"Black and White" by Paul Volponi is about the friendship of two boys who their friends call "Black and White," because one boy is white and the other is black. Although race plays no part in their friendship, the community treats each boy differently after they are both involved in a crime spree, explains KirkusReviews.com.
Volponi begins "Black and White" by discussing the friendship of Marcus and Eddie, two boys who attend the same high school. The boys become close after playing together on the school's basketball team. After finding success during the basketball season, Marcus and Eddie decide to team up once again. This time, though, the boys decide to rob unsuspecting people in their neighborhood to get money to buy new shoes. After stealing Eddie's grandfather's gun, the boys successfully rob several people without getting caught. Things suddenly go wrong one night when Eddie accidentally pulls the trigger during a robbery and shoots a man.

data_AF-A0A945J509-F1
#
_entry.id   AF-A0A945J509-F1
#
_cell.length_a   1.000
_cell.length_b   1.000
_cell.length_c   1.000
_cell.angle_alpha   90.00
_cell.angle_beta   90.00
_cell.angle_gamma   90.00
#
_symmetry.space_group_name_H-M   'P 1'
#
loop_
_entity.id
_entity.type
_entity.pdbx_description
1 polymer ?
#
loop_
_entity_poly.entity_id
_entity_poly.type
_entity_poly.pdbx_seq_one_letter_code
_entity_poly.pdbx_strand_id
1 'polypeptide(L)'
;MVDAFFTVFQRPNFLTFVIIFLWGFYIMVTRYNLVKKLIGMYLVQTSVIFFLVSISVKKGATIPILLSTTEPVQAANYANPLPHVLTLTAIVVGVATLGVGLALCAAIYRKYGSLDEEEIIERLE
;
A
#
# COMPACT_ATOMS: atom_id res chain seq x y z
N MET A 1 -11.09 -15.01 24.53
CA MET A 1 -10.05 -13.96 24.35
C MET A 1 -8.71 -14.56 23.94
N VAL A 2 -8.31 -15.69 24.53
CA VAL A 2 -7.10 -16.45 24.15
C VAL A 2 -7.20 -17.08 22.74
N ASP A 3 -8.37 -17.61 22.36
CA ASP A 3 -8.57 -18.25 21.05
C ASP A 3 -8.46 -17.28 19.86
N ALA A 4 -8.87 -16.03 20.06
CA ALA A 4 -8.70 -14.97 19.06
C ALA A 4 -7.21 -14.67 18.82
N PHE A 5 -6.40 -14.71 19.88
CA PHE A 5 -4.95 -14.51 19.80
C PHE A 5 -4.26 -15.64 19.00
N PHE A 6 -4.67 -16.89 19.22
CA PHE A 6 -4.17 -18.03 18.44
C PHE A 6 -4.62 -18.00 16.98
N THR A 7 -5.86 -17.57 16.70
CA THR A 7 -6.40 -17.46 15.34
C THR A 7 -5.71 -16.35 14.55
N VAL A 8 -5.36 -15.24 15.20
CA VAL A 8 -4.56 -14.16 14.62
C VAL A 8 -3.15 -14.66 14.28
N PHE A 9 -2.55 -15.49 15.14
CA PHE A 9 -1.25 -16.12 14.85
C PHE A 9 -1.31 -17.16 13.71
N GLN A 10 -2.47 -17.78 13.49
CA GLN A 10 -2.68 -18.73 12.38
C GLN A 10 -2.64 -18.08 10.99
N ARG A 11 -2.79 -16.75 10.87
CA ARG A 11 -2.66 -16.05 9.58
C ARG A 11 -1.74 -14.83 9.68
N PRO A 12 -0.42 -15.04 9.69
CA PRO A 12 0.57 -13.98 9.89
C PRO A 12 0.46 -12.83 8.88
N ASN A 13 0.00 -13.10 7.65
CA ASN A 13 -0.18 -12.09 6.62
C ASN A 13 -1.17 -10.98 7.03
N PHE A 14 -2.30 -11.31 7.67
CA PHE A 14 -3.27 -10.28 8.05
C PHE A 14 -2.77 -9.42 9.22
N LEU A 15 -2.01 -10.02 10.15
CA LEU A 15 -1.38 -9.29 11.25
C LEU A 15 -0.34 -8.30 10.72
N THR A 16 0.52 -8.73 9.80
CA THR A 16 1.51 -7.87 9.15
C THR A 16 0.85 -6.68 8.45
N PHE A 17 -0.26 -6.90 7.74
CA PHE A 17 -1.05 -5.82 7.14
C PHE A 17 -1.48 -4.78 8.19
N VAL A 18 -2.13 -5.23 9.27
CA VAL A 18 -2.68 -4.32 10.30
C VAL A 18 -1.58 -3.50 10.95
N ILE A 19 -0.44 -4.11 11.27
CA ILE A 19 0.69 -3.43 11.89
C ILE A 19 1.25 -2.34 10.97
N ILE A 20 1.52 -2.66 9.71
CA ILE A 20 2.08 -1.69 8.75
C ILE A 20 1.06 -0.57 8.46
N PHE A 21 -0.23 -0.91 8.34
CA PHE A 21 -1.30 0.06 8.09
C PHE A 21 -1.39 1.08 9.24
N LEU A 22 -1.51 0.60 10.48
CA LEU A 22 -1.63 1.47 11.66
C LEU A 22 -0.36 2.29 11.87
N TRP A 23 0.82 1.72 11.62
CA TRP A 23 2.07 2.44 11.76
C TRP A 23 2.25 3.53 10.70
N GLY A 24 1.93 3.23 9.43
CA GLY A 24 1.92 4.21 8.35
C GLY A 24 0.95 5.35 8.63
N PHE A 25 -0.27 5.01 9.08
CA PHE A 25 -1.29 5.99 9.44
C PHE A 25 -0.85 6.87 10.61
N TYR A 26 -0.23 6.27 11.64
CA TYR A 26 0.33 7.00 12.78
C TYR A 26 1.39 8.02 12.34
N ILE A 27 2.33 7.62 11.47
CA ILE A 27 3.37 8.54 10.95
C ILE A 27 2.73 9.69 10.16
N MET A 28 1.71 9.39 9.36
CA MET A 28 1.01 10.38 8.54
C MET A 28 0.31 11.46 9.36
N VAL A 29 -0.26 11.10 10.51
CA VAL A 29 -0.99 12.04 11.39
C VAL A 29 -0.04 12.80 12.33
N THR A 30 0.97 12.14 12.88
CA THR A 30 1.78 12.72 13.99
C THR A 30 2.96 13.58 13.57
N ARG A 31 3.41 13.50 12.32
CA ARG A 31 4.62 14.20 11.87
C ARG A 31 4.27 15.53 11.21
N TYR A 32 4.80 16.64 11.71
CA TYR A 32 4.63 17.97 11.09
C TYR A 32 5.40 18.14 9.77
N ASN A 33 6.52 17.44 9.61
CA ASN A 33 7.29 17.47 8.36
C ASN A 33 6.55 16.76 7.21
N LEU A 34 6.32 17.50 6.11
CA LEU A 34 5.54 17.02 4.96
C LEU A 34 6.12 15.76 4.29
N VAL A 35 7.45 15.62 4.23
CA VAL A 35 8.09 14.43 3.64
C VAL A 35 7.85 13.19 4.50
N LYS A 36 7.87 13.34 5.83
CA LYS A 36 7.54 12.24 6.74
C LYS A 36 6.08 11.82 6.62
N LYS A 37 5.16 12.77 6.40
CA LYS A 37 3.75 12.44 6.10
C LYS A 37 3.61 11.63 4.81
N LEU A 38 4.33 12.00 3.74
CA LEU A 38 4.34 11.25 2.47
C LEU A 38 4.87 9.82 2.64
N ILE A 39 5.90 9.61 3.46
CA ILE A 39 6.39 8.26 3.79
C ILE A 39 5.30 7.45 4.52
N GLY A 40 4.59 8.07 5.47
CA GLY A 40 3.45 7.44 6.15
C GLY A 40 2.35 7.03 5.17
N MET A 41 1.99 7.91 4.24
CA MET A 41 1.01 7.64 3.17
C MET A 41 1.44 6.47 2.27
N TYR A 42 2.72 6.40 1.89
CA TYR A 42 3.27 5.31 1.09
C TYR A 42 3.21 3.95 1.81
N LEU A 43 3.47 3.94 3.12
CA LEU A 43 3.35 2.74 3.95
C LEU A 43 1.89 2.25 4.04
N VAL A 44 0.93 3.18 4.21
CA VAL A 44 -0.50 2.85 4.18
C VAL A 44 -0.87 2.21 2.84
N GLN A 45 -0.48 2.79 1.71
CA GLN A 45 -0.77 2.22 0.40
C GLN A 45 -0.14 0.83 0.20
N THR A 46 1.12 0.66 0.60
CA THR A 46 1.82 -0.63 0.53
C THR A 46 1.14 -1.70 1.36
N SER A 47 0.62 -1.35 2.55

The conclusion of the book focuses on how the community and the police respond to the crime and treat each boy differently. Eddie, a white boy who stole the gun and pulled the trigger, receives harsher treatment than Marcus, who is black.
The book is structured in a way that emphasizes the effects of race. Each chapter is viewed either from the perspective of Marcus or Eddie, which allows the reader to experience different versions of the story. The first half of the book is a stark contrast compared to the second half. Race is not an issue in the beginning, but by the end, it has a major impact on one of the boys' lives.